also a moment early in Pitchfork's documentary where your management
team is discussing the impact that bounce music's sample-heavy nature
has on its ultimate profitability. Because it's also a genre that seems
more about performance than recorded material, is that something you
personally think about?
there's many ways that we have talked about it. I've been able to grow
and expand what I've been doing over the years. I can't change the past
in what I've already recorded for music, and I wouldn't want to. So the
older songs that I can clear in the way of samples is fine and dandy.
But in the future, I will be doing much more original stuff while still
trying to stay within bounce parameters. That way the music will
actually be mine.
Is making music more exciting now that you're constructing more of it yourself?
Yes, indeed, because I get to see a lot more of my money [laughs]. It's
more fun than ever. I can control it from all aspects, and now I can
hire those who I want to oversee each track. It's nice to have more
authority, and I didn't have as much with the samples.
get the impression that you've been able to establish a pretty
dedicated management team. Many burgeoning artists aren't fortunate
enough to have that initial guidance. How did you cultivate that?
personality drew all these people to me. God put them in my pathway for
a reason, and my personality drew them to me without any money
involved. Just my personality alone got them here. All of these people
wanted to help me grow and help me get to another level. Now everybody's
getting paid, because Freedia's doing biggerand better things. We're just trying to keep moving forward and keeping having everything shoot for the stars.
thing I've always wondered is how you manage to keep your energy up
night after night throughout such a heavy tour schedule. Bounce music
seems like the most exhausting kind of music to perform.
are nights where I feel down sometimes. It gets to be very tiresome
always using that kind of energy. But my energy comes from my fans. No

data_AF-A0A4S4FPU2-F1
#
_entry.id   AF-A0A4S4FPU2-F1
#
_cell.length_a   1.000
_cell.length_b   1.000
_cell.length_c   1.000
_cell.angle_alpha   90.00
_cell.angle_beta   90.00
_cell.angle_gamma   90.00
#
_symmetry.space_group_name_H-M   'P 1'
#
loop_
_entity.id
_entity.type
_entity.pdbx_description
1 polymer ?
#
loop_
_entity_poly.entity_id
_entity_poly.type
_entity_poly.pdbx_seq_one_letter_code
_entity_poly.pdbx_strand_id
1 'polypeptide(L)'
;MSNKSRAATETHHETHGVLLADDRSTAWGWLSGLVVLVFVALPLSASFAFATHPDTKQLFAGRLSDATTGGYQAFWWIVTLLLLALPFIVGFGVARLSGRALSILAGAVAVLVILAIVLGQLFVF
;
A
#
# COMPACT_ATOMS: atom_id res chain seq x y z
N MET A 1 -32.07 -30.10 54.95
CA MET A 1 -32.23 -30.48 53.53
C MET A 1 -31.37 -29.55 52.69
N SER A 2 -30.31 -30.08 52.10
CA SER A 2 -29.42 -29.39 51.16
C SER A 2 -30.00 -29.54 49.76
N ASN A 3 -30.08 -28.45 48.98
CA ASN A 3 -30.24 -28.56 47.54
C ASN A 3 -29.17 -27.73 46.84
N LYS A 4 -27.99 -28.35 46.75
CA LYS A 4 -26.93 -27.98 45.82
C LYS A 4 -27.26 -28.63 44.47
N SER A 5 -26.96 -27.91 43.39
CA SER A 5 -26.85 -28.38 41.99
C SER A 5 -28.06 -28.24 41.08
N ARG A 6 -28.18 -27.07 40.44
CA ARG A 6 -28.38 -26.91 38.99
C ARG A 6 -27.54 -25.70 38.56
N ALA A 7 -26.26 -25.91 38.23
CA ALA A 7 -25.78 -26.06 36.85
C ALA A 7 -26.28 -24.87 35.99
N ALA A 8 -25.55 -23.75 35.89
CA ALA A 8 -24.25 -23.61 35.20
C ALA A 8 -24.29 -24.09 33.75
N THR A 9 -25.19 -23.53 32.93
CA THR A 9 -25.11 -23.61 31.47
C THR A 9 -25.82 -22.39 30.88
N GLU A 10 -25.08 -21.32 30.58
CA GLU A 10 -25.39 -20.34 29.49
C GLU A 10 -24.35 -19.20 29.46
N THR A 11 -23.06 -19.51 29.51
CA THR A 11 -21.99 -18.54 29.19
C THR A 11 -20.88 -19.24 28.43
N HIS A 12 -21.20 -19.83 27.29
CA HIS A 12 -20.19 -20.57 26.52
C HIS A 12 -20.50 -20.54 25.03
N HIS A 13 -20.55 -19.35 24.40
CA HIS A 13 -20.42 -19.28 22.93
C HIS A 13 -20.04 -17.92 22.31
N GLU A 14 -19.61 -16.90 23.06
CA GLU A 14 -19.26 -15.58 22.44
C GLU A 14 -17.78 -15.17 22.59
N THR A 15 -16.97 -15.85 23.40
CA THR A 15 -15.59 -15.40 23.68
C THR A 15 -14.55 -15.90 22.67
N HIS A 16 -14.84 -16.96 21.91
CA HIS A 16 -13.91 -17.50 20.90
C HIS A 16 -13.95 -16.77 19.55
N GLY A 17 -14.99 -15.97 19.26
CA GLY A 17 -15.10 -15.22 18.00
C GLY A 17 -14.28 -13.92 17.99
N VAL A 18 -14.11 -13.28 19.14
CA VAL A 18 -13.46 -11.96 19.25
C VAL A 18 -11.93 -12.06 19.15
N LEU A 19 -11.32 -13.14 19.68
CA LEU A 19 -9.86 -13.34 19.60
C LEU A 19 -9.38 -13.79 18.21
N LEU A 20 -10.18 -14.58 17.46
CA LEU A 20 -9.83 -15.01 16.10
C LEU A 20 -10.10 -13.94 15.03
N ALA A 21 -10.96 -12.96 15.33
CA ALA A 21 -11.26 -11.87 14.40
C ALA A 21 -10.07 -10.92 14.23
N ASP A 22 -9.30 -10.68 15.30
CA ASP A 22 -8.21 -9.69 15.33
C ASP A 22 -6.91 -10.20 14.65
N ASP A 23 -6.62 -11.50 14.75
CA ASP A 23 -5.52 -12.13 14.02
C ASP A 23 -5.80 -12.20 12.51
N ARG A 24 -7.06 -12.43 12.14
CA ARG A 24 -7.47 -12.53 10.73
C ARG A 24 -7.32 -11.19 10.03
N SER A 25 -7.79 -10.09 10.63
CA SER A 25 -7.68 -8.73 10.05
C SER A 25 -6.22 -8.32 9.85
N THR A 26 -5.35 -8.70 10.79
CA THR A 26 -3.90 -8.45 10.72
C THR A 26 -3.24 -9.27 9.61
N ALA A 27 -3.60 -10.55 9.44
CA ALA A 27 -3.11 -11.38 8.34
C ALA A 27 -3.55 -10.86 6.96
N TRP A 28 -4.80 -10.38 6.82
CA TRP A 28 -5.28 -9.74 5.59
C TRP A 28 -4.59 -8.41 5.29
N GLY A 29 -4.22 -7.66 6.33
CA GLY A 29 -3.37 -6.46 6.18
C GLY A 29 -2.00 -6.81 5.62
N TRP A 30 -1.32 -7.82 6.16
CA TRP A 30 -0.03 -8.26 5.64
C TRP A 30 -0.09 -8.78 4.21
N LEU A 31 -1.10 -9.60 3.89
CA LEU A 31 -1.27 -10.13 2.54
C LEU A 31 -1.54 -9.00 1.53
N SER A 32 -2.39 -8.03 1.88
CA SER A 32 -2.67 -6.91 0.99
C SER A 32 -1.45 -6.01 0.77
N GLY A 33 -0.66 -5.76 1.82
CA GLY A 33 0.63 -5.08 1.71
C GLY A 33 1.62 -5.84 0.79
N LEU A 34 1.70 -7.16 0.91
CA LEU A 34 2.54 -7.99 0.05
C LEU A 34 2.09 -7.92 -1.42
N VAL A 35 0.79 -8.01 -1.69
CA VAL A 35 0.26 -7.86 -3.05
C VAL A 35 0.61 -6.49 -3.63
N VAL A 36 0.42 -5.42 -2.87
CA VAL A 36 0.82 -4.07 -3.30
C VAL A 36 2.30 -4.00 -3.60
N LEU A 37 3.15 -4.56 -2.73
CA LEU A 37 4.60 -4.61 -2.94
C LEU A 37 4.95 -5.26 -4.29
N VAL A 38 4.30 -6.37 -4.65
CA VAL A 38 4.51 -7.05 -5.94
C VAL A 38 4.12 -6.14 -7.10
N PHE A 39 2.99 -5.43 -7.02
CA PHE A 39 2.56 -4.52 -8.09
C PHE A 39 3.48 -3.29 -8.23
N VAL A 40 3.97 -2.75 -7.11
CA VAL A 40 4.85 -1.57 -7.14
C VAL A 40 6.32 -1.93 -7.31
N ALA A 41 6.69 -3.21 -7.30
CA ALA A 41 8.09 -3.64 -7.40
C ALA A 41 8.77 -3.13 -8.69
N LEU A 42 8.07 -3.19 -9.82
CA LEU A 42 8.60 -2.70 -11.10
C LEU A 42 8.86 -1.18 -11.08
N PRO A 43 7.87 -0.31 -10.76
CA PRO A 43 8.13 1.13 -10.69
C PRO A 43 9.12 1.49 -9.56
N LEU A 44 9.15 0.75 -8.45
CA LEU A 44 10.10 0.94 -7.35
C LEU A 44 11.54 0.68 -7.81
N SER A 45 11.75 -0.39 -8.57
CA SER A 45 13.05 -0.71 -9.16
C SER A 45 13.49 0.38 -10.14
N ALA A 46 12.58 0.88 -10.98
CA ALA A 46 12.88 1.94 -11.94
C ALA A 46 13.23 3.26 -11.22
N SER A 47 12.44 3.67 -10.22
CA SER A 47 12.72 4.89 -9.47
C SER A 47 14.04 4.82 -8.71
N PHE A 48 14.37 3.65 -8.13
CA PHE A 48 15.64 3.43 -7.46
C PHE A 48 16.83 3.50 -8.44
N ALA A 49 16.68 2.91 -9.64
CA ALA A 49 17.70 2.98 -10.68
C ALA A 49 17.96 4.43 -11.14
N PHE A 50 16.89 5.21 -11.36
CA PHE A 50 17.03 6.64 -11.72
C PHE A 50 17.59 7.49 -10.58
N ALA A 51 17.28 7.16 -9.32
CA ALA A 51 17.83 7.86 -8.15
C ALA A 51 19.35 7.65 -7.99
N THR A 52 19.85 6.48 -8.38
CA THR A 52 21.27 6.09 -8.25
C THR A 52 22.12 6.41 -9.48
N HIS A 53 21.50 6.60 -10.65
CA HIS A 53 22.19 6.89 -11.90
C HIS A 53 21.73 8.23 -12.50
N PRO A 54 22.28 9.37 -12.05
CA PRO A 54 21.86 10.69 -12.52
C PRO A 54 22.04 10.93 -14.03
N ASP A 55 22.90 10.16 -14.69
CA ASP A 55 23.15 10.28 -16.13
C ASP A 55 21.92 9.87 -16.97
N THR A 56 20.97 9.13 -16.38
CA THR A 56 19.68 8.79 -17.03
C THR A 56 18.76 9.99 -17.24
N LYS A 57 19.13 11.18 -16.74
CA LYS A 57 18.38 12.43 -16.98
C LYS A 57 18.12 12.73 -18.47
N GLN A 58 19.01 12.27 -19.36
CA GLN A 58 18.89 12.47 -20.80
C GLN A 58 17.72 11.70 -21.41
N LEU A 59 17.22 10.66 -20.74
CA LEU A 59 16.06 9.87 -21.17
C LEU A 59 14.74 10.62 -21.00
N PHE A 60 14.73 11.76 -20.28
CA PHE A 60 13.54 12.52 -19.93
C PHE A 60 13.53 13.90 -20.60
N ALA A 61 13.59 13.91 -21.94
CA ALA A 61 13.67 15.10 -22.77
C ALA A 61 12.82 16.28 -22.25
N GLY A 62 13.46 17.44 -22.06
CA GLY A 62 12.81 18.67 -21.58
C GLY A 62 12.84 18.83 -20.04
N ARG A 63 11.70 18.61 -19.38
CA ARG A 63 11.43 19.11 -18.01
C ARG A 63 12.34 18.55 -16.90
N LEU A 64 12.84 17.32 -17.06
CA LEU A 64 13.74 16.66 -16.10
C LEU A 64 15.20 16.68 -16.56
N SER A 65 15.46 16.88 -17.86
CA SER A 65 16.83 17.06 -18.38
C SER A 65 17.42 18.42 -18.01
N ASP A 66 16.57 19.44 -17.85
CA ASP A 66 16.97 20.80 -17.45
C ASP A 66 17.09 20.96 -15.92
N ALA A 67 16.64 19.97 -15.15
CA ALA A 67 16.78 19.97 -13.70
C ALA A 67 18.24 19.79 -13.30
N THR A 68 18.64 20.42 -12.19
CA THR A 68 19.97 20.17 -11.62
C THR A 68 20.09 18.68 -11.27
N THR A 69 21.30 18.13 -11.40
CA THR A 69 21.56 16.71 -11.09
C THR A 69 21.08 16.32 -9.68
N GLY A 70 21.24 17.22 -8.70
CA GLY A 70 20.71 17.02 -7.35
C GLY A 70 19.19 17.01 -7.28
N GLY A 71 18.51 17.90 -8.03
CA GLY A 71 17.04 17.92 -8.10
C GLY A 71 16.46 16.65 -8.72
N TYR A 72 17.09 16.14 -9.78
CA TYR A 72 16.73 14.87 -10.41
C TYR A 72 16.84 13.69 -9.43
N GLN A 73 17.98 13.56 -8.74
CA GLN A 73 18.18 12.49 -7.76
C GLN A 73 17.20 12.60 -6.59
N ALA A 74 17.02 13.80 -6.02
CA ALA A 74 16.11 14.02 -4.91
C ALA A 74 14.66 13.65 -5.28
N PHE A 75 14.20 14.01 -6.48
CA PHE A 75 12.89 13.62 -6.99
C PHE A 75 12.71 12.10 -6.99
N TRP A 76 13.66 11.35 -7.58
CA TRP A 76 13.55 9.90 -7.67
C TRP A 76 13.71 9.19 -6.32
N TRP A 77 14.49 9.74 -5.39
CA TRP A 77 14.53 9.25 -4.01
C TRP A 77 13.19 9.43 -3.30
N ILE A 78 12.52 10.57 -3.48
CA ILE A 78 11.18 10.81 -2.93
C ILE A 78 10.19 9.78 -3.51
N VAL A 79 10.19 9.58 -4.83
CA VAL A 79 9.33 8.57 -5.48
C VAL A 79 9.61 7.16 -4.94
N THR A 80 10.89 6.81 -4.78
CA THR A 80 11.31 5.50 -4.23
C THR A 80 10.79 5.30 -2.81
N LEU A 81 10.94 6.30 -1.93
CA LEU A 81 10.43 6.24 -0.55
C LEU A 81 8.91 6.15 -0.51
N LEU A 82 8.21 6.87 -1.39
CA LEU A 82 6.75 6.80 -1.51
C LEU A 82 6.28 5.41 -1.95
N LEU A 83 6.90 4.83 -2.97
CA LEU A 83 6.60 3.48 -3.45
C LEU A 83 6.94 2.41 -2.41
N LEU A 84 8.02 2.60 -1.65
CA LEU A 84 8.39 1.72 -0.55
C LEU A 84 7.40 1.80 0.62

doubt about it. When I see people and how excited they are that I'm
there and going off in the club, that gives me energy. It flips a switch
inside me and says, "Hey, even if you're tired, you better get your ass
up there and do you you gotta do for your fans." You can drop dead
after the show is over. That's my attitude Each night. Each show. 365
days a year. That's just Freedia. I'm a workaholic.
also played in New York's Museum of Modern Art before. Does your
attitude to performance change when you play a typically calmer space
versus your usual club atmosphere?
like to shock them. I typically tend to weigh out crowds. But even at a
place like MoMA, they want it. And they want me to release it. When I
get that feeling I just have to let loose. Because that's why they
brought me. They want to let loose at this moment. They're tired of
being stuffed up. They're tired of being cute and conservative. They
wanna let their hair down. They want to shake their ass for a moment,
and that's why they brought Freedia.
music really is something that belongs to you and your community in New
Orleans. And I feel like that level of ownership of a genre isn't a
privilege many artists enjoy these days. Is that something you think
I'm so happy that when I
started performing bounce music it was original and that it was
something that stood out from every other artist. When I started to take
this seriously and decided that this was going to become my craft, I
had to get my circle around me where I could stand out from the rest.
That allowed me to make something of New Orleans and something that
would continue to represent my culture and where this music started.
Big Freedia at Turf Club. 21+, $15, 9 PM Saturday, February 2